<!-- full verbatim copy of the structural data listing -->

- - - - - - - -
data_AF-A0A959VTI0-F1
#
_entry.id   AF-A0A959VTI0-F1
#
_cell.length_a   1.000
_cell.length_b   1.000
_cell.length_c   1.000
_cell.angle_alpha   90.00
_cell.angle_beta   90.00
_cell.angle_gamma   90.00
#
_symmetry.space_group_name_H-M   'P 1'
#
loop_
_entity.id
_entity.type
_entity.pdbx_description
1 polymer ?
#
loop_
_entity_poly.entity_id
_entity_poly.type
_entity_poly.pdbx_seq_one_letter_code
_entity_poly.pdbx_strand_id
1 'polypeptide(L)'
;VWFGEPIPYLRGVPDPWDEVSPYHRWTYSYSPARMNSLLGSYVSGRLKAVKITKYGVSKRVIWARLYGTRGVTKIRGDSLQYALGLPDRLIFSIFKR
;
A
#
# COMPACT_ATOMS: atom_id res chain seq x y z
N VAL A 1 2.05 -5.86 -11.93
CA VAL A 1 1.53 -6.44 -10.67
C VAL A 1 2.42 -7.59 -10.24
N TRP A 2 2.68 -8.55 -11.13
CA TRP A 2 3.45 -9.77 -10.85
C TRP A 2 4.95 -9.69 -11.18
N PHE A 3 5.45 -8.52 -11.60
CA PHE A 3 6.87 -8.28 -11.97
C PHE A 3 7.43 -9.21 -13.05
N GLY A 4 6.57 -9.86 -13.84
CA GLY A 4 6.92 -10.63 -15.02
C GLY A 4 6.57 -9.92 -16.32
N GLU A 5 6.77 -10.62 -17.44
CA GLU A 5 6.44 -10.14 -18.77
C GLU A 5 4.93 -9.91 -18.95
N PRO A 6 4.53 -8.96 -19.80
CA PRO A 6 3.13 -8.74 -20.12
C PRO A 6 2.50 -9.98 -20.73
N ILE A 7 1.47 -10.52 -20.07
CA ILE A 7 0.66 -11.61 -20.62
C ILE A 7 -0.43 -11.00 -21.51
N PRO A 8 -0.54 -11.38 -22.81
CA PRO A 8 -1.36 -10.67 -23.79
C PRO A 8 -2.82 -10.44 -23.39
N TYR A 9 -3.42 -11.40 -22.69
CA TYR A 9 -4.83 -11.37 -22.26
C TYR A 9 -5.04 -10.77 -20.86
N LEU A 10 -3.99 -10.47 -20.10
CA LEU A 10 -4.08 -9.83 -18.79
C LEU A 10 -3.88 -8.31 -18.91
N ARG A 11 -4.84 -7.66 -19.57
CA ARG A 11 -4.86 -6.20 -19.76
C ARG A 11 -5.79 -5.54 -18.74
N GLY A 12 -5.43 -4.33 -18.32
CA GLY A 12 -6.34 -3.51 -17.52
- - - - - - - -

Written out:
data_AF-A0A959VTI0-F1
#
_entry.id   AF-A0A959VTI0-F1
#
_cell.length_a   1.000
_cell.length_b   1.000
_cell.length_c   1.000
_cell.angle_alpha   90.00
_cell.angle_beta   90.00
_cell.angle_gamma   90.00
#
_symmetry.space_group_name_H-M   'P 1'
#
loop_
_entity.id
_entity.type
_entity.pdbx_description
1 polymer ?
#
loop_
_entity_poly.entity_id
_entity_poly.type
_entity_poly.pdbx_seq_one_letter_code
_entity_poly.pdbx_strand_id
1 'polypeptide(L)'
;VWFGEPIPYLRGVPDPWDEVSPYHRWTYSYSPARMNSLLGSYVSGRLKAVKITKYGVSKRVIWARLYGTRGVTKIRGDSLQYALGLPDRLIFSIFKR
;
A
#
# COMPACT_ATOMS: atom_id res chain seq x y z
N VAL A 1 2.05 -5.86 -11.93
CA VAL A 1 1.53 -6.44 -10.67
C VAL A 1 2.42 -7.59 -10.24
N TRP A 2 2.68 -8.55 -11.13
CA TRP A 2 3.45 -9.77 -10.85
C TRP A 2 4.95 -9.69 -11.18
N PHE A 3 5.45 -8.52 -11.60
CA PHE A 3 6.87 -8.28 -11.97
C PHE A 3 7.43 -9.21 -13.05
N GLY A 4 6.57 -9.86 -13.84
CA GLY A 4 6.92 -10.63 -15.02
C GLY A 4 6.57 -9.92 -16.32
N GLU A 5 6.77 -10.62 -17.44
CA GLU A 5 6.44 -10.14 -18.77
C GLU A 5 4.93 -9.91 -18.95
N PRO A 6 4.53 -8.96 -19.80
CA PRO A 6 3.13 -8.74 -20.12
C PRO A 6 2.50 -9.98 -20.73
N ILE A 7 1.47 -10.52 -20.07
CA ILE A 7 0.66 -11.61 -20.62
C ILE A 7 -0.43 -11.00 -21.51
N PRO A 8 -0.54 -11.38 -22.81
CA PRO A 8 -1.36 -10.67 -23.79
C PRO A 8 -2.82 -10.44 -23.39
N TYR A 9 -3.42 -11.40 -22.69
CA TYR A 9 -4.83 -11.37 -22.26
C TYR A 9 -5.04 -10.77 -20.86
N LEU A 10 -3.99 -10.47 -20.10
CA LEU A 10 -4.08 -9.83 -18.79
C LEU A 10 -3.88 -8.31 -18.91
N ARG A 11 -4.84 -7.66 -19.57
CA ARG A 11 -4.86 -6.20 -19.76
C ARG A 11 -5.79 -5.54 -18.74
N GLY A 12 -5.43 -4.33 -18.32
CA GLY A 12 -6.34 -3.51 -17.52